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Getting colorful

The problem, again

In my previous post I highlighted a problem about the limitations of Malison and how I refactored it in order to improve the library’s flexibility.

The problem similar to the one I’m going to go over today, was related to a tight coupling between the library’s core and unnecessary abstraction.

This time the abstraction in question is the TermColor enumeration.
The idea was, again, to introduce a common mapping over some general values, in this case - colors.

The huge problem here was the even more apparent limitation of such type enumeration.

Still, the Character structure which represents a text character with foreground and background relies on some kind of color.

The solution

I decided to not scale down and implement a full-fledged structure containing the basic RGBA and HSL values for easy color manipulation, transformation and access.
Along with that I have implemented methods for color manipulation and palette generation.

I probably have found some small library for that but I got really into it and decided to just have some fun.

Let me show you what is now possible with new TermColor structure.

Quick access to common colors

To limit refactoring to minimum, I have implemented static properties returning certain common colors such as Black, White, Red, Green, Blue and so on.

This is compliant with the syntax of getting for example the Black value of TermColor enumeration and the helper methods themselves are pretty useful.

Color transformation methods

To create colors programmatically and quickly create, for example different shades of certain colors I have implemented a number of methods to help users do that.

It’s worth to keep in mind that such methods always return a new TermColor structure, leaving the source intact. Just like the commonly known DateTime in C#.
Another tidbit is the usage. I implemented both the instance and structure methods so the user can use whichever he feels more comfortable with.
I’ll be only including the structure methods, hence the instance methods are directly calling them too.


Lightening a color means increasing the L in color’s HSL values.
We clamp the L value between 0.0 and 1.0 so we do not run into any problems with generating the colors.

public static TermColor Lighten(TermColor source, double amount)
    return TermColor.FromHSLA(source.H, source.S, Math.Max(Math.Min(source.L + amount, 1), 0), source.A);

Darkening is the opposite, here we subtract a certain amount from the source’s L value. In order to do that, we just call the Lighten method with negative amount supplied.

public static TermColor Darken(TermColor source, double amount)
    return TermColor.Lighten(source, -amount);


Saturating changes the S attribute. Saturation is kind of a level of colorfullness in our colors. A grayscaled image is represented by colors, that have saturation equal to zero.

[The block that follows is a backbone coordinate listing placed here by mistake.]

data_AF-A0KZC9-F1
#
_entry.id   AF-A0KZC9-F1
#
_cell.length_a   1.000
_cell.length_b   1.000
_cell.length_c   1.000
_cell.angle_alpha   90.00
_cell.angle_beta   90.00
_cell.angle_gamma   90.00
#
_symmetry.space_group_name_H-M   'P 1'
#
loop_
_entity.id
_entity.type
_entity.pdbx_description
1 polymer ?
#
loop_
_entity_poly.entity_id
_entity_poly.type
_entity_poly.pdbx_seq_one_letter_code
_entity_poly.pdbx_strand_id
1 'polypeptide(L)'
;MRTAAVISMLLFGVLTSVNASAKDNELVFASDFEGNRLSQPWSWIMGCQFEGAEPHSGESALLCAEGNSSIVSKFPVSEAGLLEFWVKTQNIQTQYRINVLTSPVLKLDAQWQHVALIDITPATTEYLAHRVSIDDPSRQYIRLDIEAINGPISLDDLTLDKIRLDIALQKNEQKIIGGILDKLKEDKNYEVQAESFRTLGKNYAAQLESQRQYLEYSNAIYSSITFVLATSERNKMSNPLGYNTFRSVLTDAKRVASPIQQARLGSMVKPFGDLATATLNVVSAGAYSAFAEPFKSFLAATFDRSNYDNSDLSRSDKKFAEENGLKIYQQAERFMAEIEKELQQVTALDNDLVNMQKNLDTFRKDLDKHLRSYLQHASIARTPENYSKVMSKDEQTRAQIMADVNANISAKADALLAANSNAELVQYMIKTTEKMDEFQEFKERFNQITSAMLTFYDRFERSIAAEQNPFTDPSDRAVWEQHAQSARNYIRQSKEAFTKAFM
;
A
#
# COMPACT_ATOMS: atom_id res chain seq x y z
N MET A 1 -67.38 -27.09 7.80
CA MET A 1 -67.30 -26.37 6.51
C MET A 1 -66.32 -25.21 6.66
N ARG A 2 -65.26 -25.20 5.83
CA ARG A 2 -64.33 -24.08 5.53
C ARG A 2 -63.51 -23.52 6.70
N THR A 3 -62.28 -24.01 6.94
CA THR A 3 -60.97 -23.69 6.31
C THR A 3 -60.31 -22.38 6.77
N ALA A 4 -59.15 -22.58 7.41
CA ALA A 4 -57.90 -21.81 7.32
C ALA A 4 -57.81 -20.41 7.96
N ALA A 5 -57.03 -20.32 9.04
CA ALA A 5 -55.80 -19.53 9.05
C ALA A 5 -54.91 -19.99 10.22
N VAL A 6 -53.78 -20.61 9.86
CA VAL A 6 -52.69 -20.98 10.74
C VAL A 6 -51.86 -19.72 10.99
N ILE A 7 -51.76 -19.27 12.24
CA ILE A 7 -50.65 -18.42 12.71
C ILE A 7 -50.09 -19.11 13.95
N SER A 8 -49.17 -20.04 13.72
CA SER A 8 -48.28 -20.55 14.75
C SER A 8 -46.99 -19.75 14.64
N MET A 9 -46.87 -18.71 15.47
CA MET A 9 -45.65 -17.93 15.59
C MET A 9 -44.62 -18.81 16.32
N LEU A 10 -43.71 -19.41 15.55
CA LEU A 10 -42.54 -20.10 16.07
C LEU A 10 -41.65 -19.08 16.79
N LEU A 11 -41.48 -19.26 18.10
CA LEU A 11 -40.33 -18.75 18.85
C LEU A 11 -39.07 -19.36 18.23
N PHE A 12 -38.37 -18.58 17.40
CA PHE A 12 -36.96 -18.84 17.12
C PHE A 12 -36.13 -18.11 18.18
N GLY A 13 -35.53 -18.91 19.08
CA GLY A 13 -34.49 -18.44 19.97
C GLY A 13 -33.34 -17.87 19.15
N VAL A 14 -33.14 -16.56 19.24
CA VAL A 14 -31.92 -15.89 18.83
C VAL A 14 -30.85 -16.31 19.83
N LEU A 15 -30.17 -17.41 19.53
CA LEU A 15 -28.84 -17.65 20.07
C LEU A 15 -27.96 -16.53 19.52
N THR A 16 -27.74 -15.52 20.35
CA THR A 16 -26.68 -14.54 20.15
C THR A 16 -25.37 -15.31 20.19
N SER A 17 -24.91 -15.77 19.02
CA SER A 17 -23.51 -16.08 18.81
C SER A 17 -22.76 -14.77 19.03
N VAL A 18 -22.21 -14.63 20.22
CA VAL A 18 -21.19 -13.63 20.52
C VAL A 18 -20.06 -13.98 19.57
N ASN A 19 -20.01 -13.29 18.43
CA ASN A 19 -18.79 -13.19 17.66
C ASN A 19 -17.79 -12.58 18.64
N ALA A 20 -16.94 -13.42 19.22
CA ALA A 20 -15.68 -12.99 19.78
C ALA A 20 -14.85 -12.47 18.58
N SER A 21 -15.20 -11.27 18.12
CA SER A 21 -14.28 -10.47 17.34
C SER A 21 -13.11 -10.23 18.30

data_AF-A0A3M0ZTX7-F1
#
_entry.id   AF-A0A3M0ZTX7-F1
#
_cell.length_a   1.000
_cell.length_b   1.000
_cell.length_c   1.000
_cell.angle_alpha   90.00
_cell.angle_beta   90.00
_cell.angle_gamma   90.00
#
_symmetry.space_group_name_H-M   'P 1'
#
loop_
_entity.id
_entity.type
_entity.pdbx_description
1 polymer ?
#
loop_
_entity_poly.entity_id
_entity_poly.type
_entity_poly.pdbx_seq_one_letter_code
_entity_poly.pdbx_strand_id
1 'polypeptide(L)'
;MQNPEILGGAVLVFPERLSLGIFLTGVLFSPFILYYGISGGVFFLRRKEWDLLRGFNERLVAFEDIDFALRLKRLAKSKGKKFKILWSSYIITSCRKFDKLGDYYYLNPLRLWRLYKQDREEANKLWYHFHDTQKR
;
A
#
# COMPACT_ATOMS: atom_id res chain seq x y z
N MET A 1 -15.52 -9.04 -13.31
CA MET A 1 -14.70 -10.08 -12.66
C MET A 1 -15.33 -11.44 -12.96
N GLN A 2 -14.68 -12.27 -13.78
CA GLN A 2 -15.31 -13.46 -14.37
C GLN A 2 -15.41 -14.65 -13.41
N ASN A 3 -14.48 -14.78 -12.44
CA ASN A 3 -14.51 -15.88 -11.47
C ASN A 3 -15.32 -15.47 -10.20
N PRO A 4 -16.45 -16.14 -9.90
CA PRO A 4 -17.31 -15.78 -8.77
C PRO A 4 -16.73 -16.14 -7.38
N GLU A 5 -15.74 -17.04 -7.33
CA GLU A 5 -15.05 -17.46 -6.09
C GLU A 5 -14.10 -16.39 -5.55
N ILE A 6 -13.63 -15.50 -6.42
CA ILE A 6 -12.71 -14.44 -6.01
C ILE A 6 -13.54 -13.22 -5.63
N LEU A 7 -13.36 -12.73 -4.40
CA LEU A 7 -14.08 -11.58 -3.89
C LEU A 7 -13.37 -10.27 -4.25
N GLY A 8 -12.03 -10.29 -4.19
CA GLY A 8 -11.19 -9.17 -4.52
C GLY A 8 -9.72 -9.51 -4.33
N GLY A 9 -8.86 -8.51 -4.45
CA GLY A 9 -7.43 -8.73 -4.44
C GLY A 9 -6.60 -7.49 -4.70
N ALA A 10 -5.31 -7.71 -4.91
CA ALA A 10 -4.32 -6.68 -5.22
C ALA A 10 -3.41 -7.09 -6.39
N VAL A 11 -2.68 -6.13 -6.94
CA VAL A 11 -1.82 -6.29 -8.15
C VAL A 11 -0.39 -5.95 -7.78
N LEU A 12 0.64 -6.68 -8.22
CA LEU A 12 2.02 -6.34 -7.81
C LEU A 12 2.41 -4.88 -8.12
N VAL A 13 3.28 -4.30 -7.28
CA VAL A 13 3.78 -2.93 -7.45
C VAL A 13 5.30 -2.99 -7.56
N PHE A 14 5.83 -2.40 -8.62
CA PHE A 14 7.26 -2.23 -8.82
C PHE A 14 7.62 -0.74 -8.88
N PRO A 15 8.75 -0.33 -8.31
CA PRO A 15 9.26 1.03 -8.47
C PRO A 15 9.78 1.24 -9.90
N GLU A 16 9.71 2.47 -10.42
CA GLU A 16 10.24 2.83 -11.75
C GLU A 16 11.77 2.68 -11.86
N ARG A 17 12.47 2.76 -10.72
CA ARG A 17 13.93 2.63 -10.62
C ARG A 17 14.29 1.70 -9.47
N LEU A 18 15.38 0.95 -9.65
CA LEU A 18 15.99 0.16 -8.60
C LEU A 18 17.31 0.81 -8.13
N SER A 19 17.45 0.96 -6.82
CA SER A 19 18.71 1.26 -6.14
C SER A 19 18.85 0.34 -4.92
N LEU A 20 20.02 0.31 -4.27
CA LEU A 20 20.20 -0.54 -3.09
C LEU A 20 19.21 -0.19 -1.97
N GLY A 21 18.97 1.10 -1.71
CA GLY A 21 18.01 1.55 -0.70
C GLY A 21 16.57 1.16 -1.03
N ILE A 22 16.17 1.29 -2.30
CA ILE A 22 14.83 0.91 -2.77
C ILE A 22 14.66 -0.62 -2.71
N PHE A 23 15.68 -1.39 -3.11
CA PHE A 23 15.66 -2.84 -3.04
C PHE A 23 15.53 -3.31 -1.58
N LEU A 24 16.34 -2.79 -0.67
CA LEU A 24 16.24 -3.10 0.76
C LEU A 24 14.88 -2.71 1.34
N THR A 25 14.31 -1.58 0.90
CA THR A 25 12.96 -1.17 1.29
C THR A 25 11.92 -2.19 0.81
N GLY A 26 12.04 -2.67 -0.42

Similarly, we increase the color’s saturation and clamp the values to avoid incorrect input.

public static TermColor Saturate(TermColor source, double amount)
    return TermColor.FromHSLA(source.H, Math.Max(Math.Min(source.S + amount, 1), 0), source.L, source.A);

Desaturating being the opposite of saturating should be quite straightforward now as you probably get the pattern.

public static TermColor Desaturate(TermColor source, double amount)
    return TermColor.Saturate(source, -amount);

Speaking of saturation and desaturation there is also the Grayscale method that simply desaturates the color by 1.

public static TermColor Grayscale(TermColor source)
    return Desaturate(source, 1f);

You may notice a lack of RGB values here, which are basic and common for color representation and ask yourself, why is that? Why operate on some fancy HSL and not just RGB?

The reason for that is color manipulation and palette generation is very easier to do when operating on HSL. Just like you saw above, making any color Gray scared or lighter/darker is a straightforward operation in HSL, while in RGB it’s quite not intuitive.

Why use RGB then at all? The answer is - because you kind of have to. The displays and all pixels you see are based on RGB, and that’s how the colors are passed in order to render them. If we would keep only the HSL values, we would sooner or later have to convert them to RGB so our rendering framework would understand it.
This is why the TermColor structure keeps the track of both. This may not be the most optimal approach memory-wise but simplifies the calculations which are only made while creating the color from a set of either RGBA or HSLA values.

I’m not entirely set here and I’m wondering about if and how I should change it, but even if I would remove those, the HSL values would have to be calculated either way to supply easy and rich API for color manipulation.

Mathematical operators

Still, there is a place where I actually do use RGB values, and that is within the implemented operators.

I have implemented the addition, subtraction and multiplication operators to quickly create new colours. For example, if we add green to red we get yellow, if we add green to blue we get cyan.
Definitely those are a bit less useful but as it’s a library, a rich API is still a good thing.